NASA sees very strong wind shear battering Tropical Storm Gaemi

Oct 06, 2012
NASA's Aqua satellite passed over Tropical Storm Gaemi as it was approaching Vietnam (left) on Oct. 5, 2012 at 0550 UTC (1:50 a.m. EDT). The bulk of showers and thunderstorms are clearly to the southwest of the center. Credit: NASA/Goddard/MODIS Rapid Response Team

It is easy to see the effect of the strong northeasterly wind shear battering Tropical Storm Gaemi in satellite imagery from NASA. Visible imagery on Oct. 5 shows a large oval-shaped area of showers and thunderstorms associated with the storm, southwest of the exposed center of circulation.

NASA's Aqua satellite passed over Tropical Storm Gaemi as it was approaching Vietnam on Oct. 5, 2012 at 0550 UTC (1:50 a.m. EDT). A true-color image of the storm was captured by the Moderate Resolution Imaging Spectroradiometer (MODIS) instrument and shows bulk of showers and thunderstorms were clearly to the southwest of the center. The circulation center appears as a ring of concentric bands of clouds northeast of the large rounded area of clouds and showers associated with the storm.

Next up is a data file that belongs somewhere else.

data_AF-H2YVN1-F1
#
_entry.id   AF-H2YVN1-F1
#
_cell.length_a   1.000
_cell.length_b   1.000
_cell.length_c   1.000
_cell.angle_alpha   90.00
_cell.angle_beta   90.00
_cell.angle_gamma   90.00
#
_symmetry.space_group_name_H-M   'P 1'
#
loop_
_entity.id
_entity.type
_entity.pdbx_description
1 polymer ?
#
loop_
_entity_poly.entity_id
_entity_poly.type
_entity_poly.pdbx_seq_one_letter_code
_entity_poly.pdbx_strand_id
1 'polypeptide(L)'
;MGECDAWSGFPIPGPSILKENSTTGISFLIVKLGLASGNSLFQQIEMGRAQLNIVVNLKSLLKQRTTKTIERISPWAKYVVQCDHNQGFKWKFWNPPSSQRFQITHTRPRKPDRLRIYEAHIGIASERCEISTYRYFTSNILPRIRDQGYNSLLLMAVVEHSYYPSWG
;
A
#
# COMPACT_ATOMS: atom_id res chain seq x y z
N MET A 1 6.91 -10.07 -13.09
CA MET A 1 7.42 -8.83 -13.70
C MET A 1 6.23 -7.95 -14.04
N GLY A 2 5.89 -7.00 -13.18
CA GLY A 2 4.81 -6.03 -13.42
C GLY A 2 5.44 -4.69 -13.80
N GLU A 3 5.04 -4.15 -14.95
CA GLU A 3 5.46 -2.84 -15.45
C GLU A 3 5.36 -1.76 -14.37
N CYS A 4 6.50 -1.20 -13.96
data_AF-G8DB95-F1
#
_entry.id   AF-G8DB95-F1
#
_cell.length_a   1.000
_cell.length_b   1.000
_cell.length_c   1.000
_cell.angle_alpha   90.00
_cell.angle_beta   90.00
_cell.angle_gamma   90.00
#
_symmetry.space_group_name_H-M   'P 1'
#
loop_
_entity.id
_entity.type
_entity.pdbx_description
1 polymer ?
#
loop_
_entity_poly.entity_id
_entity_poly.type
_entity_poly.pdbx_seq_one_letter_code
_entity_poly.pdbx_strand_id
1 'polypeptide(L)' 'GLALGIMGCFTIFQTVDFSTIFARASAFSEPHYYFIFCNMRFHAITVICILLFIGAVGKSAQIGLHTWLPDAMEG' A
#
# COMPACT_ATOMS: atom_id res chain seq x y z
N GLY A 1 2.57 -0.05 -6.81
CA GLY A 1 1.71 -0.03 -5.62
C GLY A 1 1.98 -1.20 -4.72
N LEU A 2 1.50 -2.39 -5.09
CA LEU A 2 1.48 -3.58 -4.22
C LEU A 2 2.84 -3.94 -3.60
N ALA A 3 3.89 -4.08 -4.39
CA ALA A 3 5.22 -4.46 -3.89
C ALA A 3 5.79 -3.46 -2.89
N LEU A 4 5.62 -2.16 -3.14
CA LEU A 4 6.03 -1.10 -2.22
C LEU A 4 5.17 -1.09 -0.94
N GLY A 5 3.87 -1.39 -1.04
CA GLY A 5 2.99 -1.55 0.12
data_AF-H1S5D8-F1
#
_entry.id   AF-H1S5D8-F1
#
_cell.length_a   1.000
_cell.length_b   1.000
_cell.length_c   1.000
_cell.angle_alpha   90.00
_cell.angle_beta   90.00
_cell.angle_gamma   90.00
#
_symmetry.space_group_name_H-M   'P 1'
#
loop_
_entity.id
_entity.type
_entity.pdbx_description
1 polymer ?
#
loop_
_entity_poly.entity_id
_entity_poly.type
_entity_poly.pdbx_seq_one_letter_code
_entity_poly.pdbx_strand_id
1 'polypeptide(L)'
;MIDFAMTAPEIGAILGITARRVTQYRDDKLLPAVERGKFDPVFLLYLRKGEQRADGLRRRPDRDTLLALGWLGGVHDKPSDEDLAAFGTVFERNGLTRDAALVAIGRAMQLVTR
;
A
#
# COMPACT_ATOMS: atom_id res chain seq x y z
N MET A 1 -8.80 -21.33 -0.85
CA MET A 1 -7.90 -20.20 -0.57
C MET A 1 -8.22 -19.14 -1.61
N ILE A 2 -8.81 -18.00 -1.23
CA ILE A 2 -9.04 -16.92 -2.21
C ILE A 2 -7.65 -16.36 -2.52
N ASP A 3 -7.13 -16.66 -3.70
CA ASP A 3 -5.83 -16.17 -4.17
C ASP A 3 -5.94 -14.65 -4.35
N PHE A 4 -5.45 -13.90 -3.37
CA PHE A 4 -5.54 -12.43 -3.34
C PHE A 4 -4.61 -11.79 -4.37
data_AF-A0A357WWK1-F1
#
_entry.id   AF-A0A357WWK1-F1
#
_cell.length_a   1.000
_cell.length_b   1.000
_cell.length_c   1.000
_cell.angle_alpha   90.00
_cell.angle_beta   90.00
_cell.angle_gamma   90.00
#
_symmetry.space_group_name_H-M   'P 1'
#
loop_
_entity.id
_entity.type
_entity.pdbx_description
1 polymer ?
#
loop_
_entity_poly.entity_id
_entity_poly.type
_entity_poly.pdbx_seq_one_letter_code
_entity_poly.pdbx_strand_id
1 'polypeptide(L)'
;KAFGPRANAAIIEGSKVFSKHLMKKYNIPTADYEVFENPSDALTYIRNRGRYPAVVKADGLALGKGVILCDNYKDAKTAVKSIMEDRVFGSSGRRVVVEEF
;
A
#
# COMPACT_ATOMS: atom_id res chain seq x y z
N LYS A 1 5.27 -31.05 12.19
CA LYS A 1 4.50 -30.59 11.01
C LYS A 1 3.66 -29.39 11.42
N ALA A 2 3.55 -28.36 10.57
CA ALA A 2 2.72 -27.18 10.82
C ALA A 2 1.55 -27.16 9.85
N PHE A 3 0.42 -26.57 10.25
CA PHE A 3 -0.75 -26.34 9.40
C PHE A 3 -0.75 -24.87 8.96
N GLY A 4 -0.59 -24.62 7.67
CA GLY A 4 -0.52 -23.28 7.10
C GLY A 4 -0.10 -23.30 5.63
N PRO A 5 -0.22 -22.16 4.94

On Tuesday, Oct. 5, 2012 at 1500 UTC (11 a.m. EDT), Tropical Storm Gaemi still had near 35 knots (40 mph/65 kph) as it did 24 hours before. It was located 425 nautical miles (489 miles/787 km)east of Hue, Vietnam near 14.7 North latitude and 117.7 East longitude. Gaemi has picked up speed and is moving to the west now at 11 knots (12.6 mph/20.3 kph).

Gaemi is forecast to make landfall south of Hue, Vietnam sometime on Oct. 6 after 11 a.m. EDT (1500 UTC). The Joint expects Gaemi to dissipate two days after landfall.

Explore further: Geologist identifies new source of methane for gas hydrates in Arctic

Related Stories

NASA sees strong thunderstorms in Tropical Storm Gaemi

Oct 02, 2012

Infrared NASA satellite imagery revealed that the strongest thunderstorms within Tropical Storm Gaemi in the western North Pacific Ocean were located around the storm's center and in a band of thunderstorms ...

Recommended for you

Seabed samples rewrite earthquake history near Istanbul

16 hours ago

Located in the Marmara Sea, major earthquakes along the North Anatolian Fault (NAF) system have repeatedly struck what is current-day Istanbul and the surrounding region, but determining the recurrence rate has proven difficult ...

User comments : 0

Please sign in to add a comment. Registration is free, and takes less than a minute. Read more

Click here to reset your password.
Sign in to get notified via email when new comments are made.